SPARTANBURG, S.C. — What started as a conversation about teaching quantum physics to non-science majors has turned into a children's book project and an interdisciplinary summer research experience for three Wofford College students and three members of the faculty.
Dr. Carolyn Martsberger, assistant professor of physics, along with Dr. Kimberly Hall, assistant professor of English, and Jessica Scott-Felder, assistant professor of art and art history, applied for a Summer Collaborative Research Grant from the college to support the project, “A Children's Story: Illuminating the Surprising Discovery of Quantum Mechanics.”
"Physics is all about interactions," says Martsberger. During lunch she and her colleagues found themselves discussing how the interactions found in scientific processes — between energy and matter, for example — match the values and virtues found in everyday human interactions. They decided to challenge themselves and three student researchers to use that commonality to explain the photoelectric effect.
"There are physical systems that take a long time to create and build; a glass house, for example, takes a long time to create, but a rock can quickly break it. Trust can work like that as well," says Martsberger. "Our goal is to use the analogy of interpersonal dynamics to teach a physical phenomenon so that the elegance of physics is accessible to a wide audience."
Martsberger is advising the project physicist, Jake Phillips, a senior physics and German major from Huntersville, N.C. Phillips is charged with explaining light in a way that is both understandable and entertaining to a first- or second-grade audience.
"When I was explaining the concepts to the writer and illustrator, I tried to take all of the scary physics phrases out — like ‘work function,’ I didn't really want to get into explaining that — and instead talked about the concept in terms of energy."
Hall advises Kyla Burwick, the book's author, a junior English major with a film and digital media concentration from Blythewood, S.C. Although Burwick has never written a children's book, she has embraced the opportunity and has even involved her family.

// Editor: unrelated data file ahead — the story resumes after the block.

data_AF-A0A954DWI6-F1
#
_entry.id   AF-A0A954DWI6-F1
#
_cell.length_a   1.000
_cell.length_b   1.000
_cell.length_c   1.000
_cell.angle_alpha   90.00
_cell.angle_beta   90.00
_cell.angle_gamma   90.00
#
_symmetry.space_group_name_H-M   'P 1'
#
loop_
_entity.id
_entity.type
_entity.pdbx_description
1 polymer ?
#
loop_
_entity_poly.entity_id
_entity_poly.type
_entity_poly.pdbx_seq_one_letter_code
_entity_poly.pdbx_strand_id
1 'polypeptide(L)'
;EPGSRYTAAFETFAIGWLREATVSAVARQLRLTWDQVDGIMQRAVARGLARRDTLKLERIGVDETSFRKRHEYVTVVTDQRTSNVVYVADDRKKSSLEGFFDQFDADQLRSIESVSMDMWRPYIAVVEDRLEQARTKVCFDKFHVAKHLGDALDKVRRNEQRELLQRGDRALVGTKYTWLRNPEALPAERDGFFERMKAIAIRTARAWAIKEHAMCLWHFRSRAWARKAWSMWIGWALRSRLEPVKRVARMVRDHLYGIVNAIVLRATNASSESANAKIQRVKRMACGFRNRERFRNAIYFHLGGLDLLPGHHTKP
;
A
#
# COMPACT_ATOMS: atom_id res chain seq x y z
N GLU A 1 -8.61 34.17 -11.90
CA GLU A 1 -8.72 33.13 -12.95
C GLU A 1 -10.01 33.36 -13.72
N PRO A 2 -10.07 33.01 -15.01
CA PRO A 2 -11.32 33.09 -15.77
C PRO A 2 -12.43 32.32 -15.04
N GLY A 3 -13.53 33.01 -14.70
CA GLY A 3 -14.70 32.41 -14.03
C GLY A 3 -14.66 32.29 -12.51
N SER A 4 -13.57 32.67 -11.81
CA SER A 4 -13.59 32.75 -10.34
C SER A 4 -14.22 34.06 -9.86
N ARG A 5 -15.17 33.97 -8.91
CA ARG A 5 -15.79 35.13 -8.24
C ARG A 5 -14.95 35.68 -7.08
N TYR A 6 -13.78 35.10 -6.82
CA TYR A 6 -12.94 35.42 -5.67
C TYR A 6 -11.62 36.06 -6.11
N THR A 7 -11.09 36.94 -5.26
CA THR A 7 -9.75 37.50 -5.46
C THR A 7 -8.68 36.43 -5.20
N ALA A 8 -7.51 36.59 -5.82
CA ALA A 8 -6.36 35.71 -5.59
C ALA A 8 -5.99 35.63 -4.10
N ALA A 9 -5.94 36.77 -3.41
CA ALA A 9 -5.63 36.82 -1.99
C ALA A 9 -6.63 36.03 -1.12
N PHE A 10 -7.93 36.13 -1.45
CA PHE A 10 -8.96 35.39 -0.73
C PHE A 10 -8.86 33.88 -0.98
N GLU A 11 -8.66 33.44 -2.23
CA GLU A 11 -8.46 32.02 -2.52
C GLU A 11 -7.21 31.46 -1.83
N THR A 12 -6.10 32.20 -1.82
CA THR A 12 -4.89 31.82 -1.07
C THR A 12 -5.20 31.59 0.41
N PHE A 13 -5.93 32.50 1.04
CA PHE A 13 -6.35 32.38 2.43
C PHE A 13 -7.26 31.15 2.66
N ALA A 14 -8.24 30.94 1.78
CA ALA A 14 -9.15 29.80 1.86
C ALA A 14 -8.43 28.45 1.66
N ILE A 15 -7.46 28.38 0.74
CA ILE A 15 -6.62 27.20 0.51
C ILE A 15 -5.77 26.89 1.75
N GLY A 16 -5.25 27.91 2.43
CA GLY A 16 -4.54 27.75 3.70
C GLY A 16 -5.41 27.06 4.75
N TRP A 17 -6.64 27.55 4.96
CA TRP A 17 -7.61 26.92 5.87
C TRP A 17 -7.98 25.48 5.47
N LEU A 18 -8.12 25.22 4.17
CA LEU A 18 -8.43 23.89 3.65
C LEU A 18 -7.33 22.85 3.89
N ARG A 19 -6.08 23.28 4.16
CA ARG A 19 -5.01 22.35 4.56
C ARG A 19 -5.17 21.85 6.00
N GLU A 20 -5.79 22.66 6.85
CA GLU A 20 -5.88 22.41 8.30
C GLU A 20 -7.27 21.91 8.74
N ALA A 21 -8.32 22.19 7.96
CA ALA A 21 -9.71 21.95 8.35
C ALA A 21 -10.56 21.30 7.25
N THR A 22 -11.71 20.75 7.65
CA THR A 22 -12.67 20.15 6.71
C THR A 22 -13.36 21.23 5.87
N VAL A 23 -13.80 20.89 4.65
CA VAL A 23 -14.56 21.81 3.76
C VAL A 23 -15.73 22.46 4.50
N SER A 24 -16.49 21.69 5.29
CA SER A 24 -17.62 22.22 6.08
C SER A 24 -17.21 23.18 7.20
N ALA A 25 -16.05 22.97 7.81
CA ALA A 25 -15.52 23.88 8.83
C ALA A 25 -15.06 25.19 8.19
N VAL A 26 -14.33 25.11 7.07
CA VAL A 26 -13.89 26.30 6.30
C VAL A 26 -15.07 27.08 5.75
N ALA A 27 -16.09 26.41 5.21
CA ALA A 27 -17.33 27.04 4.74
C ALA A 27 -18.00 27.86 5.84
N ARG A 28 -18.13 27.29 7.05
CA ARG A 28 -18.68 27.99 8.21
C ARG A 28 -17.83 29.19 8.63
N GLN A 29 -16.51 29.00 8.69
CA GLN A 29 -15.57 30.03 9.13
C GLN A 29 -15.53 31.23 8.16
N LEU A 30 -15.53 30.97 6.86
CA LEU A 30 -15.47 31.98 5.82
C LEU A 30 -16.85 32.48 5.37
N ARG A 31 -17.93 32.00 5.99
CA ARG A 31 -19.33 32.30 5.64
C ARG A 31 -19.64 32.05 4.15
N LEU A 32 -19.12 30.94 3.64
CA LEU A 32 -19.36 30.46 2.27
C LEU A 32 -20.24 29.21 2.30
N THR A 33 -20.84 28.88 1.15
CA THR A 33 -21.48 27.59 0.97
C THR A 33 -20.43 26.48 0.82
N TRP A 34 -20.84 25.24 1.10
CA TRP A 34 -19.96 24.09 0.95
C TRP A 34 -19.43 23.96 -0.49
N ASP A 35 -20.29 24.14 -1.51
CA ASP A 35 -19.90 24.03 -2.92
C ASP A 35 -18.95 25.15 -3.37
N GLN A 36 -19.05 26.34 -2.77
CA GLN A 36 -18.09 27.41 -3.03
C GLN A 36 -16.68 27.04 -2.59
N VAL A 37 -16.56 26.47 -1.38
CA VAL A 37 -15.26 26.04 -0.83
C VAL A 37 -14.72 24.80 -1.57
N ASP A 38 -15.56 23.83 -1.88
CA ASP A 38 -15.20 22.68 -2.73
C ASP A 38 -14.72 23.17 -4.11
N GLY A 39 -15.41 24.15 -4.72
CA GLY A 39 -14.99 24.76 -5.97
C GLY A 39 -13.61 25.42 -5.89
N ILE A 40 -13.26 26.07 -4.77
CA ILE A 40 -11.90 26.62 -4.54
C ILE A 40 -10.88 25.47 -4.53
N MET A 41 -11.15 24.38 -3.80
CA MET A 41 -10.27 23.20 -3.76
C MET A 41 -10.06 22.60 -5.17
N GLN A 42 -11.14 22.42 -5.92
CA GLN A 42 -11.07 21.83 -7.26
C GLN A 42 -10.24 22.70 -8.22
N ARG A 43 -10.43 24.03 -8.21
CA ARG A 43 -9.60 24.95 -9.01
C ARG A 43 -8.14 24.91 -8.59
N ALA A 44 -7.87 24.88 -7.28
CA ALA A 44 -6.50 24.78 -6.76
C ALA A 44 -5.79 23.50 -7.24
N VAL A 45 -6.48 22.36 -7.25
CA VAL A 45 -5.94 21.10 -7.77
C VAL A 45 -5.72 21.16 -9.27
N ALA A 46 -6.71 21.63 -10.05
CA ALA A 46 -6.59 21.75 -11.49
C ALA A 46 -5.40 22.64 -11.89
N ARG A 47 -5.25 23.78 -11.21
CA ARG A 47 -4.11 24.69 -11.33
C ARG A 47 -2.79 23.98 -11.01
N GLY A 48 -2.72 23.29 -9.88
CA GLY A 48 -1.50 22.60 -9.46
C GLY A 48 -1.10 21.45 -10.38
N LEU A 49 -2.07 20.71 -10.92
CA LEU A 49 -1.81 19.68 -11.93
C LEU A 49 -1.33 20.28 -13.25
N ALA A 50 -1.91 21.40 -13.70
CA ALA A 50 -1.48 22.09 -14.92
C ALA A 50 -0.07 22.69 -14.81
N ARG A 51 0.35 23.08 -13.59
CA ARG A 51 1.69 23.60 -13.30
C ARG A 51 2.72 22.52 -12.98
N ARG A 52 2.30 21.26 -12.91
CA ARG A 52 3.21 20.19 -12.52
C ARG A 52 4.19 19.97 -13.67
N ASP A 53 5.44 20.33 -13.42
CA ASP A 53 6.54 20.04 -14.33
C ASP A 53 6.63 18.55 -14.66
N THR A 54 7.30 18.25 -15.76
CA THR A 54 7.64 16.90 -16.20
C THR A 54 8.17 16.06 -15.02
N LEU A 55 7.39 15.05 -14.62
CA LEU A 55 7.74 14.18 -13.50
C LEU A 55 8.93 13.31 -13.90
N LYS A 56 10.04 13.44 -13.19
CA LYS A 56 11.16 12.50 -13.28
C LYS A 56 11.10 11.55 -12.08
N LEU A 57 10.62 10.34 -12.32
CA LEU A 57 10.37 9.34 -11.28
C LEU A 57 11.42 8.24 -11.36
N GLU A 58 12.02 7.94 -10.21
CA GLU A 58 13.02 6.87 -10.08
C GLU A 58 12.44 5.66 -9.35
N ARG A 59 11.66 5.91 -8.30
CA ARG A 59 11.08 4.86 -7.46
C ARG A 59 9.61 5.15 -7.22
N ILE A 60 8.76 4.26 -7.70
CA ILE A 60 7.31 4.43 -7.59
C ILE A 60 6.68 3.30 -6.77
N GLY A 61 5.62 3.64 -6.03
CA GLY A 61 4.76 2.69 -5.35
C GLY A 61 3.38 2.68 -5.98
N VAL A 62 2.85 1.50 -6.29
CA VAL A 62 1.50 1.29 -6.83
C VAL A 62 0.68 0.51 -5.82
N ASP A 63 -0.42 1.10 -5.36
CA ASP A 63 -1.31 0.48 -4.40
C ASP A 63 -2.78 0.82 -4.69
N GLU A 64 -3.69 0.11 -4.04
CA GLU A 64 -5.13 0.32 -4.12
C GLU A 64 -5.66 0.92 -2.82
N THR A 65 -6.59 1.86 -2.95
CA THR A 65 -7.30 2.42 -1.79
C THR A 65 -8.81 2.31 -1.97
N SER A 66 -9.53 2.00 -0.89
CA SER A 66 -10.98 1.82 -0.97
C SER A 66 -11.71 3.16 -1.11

"I have a 7-year-old niece so I text her mom and ask, 'Does she know this word?' If she says 'yes,' I know it's good to use in the book," says Burwick.
Scott-Felder serves as the artistic advisor to the book's illustrator, Laura Hydrick, a junior biology and studio art major from Chapin, S.C.
"As we've worked together, the characters and images have evolved, but so have we," says Hydrick. "We've learned so much this summer."
Martsberger says the students have done a remarkable job of using physics words and concepts in unexpected ways. They've added a richness of content that reveals something new with each reading.
Scott-Felder is pleased with the content, strong characters and powerful images emerging from the pages. "The students are working from their strengths," and creating a book that "has integrity and is true to the natural world," she says.
According to Hall, the group spent the first few weeks sharing the results of a literature survey of other children's books and learning about the expertise that each person brings to the project. Phillips, Burwick and Hydrick each designed and taught labs that transported the team deeper into their individual fields of study, initiating connections across disciplines.
"We all share a passion for interdisciplinary collaboration — the benefits of that and even the challenges," says Hall. "The students are directing their own work and learning what it means to take on a large-scale project like this. As advisors, we are here to help steer their research, answer questions and offer encouragement."
The project already has been a teaching tool for the Wofford students and professors working on it this summer, but the team of scientists, writers and artists wants more — a published book that transcends science and offers a fun read for families.
"The writing is beautiful, and it's interesting to see how the story of light plays out on each page," says Martsberger. "We want this to be a stand-alone story with character development, conflict and resolution. We want it to be enticing so children will want to pull it off the shelf.”